On Wednesday, April 27th, General Colin Powell visited Lift for Life Academy for the first time. He talked with students about his experience, leadership and life beyond high school. Here is the story in the St. Louis Post-Dispatch. Here is a link to the story in the St. Louis Post-Dispatch.
BY ELISA CROUCH • email@example.com > 314-340-8119STLtoday.com |
- st. louis • The world history class at Lift for Life Academy sat at rapt attention Wednesday as former Secretary of State Colin Powell spoke firsthand about the very subject they were studying: China.
When he first visited China 40 years ago, Powell told them, everyone wore identical grey uniforms that made it impossible to distinguish the generals from the soldiers. But the country began to change rapidly as it grew into an economic powerhouse and a continued source of anxiety to many Americans.
“Two countries as large as ours share the basis for a relationship even though they don’t agree on the political system,” the retired general said.
“I still don’t think it’s the best political system, but is it my place to judge that if they’re improving the lives of their people?”
Powell, in town for a motivational conference, spent about an hour Wednesday morning at Lift for Life Academy, a charter school at 1731 South Broadway that grew out of an after-school weight-lifting program in north St. Louis that Powell first visited in 1999.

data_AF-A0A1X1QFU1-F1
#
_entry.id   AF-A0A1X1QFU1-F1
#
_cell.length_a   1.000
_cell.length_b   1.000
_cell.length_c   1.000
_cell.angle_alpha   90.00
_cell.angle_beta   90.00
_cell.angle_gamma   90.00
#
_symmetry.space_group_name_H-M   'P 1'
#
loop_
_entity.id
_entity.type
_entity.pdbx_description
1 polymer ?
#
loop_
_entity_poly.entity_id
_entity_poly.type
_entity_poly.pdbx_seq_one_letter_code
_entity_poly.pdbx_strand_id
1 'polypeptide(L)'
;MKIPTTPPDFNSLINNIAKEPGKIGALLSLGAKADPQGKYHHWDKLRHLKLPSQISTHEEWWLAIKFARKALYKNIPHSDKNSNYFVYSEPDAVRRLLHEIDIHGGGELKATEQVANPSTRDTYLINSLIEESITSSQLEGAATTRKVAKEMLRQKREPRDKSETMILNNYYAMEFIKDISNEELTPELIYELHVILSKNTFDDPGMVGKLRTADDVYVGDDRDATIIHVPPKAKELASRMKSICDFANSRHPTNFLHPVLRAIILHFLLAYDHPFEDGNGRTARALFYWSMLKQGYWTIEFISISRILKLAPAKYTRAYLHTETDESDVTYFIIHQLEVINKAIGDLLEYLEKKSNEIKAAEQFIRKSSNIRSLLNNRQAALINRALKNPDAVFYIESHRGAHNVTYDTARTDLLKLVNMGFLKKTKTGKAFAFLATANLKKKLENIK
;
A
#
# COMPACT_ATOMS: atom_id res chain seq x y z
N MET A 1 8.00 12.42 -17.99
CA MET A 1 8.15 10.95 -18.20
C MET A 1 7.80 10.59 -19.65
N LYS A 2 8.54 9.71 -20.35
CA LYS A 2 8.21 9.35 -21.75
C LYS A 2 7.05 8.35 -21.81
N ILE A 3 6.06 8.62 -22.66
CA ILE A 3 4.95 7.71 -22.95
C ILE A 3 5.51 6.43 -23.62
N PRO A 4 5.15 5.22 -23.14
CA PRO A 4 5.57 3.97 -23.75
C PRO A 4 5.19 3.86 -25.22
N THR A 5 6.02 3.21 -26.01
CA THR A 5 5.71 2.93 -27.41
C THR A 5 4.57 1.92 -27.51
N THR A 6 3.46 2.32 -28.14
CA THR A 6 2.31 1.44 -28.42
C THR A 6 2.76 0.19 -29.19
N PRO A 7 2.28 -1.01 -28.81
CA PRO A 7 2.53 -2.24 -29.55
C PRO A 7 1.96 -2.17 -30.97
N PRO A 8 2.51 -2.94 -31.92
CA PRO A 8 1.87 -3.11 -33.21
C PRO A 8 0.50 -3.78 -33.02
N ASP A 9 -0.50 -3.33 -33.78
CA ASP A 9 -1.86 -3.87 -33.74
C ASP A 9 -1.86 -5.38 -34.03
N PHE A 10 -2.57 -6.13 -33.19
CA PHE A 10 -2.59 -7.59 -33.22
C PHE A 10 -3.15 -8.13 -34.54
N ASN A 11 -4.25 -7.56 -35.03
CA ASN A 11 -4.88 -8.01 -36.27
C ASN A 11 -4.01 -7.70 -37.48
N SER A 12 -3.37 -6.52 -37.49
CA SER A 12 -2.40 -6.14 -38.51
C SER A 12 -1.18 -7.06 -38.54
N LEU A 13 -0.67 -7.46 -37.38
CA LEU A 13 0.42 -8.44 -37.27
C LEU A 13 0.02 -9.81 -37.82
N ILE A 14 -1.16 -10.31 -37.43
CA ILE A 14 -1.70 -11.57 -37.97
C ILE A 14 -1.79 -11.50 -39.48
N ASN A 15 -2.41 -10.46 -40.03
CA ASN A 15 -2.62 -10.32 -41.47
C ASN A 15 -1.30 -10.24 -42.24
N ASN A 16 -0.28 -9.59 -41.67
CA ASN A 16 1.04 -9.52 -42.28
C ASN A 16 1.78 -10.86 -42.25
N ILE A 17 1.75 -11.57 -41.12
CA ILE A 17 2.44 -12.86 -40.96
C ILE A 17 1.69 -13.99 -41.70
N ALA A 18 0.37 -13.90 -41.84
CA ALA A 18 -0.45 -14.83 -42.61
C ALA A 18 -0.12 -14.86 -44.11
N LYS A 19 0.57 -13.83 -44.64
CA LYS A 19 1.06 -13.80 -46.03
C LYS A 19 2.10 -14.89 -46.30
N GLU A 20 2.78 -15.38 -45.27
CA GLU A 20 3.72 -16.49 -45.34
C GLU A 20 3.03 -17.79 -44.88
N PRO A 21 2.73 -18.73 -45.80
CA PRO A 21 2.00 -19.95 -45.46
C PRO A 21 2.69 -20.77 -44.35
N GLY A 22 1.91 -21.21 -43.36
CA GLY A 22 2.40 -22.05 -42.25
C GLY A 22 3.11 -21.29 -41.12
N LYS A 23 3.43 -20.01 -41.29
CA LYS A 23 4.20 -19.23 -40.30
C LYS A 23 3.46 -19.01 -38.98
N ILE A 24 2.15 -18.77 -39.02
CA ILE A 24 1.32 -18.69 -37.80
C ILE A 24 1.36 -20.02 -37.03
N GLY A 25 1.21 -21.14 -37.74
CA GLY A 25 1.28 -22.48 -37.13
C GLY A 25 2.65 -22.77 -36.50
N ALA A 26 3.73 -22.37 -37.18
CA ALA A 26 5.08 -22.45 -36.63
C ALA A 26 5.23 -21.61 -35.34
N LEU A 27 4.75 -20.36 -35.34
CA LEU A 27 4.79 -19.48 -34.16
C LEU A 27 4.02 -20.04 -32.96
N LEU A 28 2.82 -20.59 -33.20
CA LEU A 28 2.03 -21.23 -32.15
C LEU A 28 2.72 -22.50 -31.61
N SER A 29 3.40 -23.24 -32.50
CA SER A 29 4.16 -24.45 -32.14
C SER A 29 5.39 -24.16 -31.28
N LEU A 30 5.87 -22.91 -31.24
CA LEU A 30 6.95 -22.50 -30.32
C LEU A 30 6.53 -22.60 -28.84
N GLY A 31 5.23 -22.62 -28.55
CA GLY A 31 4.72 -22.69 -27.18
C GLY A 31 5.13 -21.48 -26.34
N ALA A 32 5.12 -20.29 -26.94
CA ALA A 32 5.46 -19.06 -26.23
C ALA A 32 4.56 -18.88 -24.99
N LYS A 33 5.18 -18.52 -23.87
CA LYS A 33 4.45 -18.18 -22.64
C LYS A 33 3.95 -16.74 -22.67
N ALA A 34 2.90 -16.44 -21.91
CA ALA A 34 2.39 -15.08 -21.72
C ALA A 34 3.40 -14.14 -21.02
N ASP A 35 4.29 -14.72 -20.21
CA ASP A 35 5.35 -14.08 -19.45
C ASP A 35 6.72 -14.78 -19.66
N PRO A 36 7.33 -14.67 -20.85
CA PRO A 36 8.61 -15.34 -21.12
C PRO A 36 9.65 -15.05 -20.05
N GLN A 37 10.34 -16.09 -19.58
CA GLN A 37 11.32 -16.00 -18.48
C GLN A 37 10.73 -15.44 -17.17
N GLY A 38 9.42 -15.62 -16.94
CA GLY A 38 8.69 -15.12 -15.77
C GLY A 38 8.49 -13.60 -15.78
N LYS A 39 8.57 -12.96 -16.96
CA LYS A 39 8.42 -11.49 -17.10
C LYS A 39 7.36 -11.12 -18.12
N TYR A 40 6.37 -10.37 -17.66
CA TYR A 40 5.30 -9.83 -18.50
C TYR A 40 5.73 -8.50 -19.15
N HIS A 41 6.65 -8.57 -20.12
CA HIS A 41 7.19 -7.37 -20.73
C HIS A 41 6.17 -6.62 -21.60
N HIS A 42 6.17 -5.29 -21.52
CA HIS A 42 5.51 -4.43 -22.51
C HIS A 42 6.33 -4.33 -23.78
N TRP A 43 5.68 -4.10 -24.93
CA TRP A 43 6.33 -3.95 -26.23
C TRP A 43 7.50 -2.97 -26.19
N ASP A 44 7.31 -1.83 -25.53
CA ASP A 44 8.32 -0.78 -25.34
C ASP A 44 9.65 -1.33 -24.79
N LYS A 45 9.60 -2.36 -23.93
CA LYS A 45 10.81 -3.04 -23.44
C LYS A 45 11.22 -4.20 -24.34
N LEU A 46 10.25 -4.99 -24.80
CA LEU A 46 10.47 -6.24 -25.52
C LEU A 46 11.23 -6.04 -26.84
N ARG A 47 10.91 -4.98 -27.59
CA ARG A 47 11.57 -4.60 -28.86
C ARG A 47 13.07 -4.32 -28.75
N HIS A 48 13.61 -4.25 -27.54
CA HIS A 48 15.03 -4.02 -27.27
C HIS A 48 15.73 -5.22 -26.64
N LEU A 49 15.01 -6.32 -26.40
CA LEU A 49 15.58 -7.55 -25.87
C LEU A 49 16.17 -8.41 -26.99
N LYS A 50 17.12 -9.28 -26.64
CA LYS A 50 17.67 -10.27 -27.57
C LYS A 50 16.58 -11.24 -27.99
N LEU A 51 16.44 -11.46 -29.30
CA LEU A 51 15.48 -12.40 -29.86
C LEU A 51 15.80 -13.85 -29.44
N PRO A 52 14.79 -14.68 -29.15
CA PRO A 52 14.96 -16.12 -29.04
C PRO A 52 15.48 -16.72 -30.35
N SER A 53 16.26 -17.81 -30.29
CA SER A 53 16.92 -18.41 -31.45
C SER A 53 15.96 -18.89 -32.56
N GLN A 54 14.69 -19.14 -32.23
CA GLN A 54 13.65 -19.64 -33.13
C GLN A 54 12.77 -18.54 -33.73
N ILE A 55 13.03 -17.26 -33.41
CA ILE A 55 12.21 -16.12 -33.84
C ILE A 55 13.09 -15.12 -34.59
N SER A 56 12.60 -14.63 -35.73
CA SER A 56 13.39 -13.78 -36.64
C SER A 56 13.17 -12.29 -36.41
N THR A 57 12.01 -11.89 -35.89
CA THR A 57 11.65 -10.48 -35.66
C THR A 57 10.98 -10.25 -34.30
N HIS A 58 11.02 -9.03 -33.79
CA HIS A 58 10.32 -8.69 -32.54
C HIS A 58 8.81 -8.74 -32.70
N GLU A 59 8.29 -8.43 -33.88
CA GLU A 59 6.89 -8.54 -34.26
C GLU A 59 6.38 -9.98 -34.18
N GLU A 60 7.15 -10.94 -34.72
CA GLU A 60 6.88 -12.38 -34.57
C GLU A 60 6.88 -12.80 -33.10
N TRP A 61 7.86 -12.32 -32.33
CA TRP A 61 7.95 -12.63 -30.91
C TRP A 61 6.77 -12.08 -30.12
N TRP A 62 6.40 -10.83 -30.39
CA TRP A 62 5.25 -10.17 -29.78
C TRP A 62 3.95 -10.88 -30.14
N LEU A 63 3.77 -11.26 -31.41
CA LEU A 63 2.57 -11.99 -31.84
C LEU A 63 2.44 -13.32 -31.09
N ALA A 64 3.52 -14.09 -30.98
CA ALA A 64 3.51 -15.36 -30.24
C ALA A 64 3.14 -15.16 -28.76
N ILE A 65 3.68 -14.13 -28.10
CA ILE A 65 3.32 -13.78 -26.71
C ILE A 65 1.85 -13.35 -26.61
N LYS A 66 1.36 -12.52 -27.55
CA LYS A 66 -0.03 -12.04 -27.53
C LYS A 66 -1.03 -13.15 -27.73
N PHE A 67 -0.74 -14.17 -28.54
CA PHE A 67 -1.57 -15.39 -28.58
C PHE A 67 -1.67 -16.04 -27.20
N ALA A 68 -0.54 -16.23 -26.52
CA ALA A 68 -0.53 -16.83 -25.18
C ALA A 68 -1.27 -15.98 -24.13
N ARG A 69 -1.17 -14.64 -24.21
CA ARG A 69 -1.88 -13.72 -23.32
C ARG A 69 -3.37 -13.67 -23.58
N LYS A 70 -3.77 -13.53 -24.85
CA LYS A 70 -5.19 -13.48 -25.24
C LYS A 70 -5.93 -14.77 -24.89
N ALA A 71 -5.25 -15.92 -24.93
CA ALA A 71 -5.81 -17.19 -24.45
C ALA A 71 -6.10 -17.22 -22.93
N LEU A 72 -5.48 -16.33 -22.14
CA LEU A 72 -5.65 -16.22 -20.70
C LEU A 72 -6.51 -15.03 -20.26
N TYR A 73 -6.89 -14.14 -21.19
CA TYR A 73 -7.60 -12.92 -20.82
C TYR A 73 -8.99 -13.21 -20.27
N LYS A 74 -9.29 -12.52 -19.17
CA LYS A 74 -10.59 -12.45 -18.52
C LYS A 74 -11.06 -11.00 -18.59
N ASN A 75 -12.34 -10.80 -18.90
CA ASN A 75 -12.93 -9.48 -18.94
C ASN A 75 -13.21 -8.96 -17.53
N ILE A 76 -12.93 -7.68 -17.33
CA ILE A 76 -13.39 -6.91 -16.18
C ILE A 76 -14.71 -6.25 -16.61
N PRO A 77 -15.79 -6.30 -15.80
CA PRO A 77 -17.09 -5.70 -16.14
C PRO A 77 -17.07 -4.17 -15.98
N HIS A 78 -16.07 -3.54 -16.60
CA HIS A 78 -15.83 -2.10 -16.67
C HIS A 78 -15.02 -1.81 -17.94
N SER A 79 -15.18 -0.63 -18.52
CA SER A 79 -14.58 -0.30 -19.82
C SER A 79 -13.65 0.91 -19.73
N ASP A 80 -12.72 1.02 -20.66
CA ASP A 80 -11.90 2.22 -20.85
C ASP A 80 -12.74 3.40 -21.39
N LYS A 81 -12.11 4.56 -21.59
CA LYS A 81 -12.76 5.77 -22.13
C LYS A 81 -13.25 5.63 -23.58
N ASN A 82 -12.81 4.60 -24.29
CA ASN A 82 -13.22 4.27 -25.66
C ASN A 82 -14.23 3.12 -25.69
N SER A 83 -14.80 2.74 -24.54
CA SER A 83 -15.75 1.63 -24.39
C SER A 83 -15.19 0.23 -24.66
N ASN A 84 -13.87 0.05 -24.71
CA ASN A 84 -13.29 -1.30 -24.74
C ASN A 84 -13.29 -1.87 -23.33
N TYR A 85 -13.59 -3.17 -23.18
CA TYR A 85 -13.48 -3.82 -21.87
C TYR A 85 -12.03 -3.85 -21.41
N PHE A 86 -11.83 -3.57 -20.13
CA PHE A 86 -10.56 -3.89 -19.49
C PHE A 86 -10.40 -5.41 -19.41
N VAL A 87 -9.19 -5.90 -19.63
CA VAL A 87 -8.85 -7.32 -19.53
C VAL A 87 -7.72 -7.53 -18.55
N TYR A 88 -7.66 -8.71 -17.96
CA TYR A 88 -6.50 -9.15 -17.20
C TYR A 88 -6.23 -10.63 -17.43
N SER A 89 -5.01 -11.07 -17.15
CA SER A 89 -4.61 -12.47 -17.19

Powell hadn’t yet seen the charter school, which opened in 2000 with 60 sixth-graders and which now has 500 students in sixth through 11th grades.
Powell said he stops by schools “every chance I get.”
“I’m a great believer in all forms of education for young people, including charter schools like this one.”
Alex Nguyen, a sophomore, asked Powell: “After all you’ve been through, do you have any regrets?’
Yes, Powell said. He didn’t mention specifics — whether those regrets include decisions made as four-star general, as chairman of the Joint Chiefs of Staff, or as secretary of state under President George W. Bush.
Regrets, he said, “can be angst on your soul.”
He spoke briefly with more than a dozen students as he ducked into classrooms. He surprised a few by asking what they were working on.
“Is that differential calculus?” he asked students Atiyah Reed and Janicia Mitchell “I found it very hard.”
“It is,” Atiyah told him.
“You’d be surprised how important it will be later. Not just knowing how to do it, but the logic it puts into your mind,” Powell said. “Stick with it.”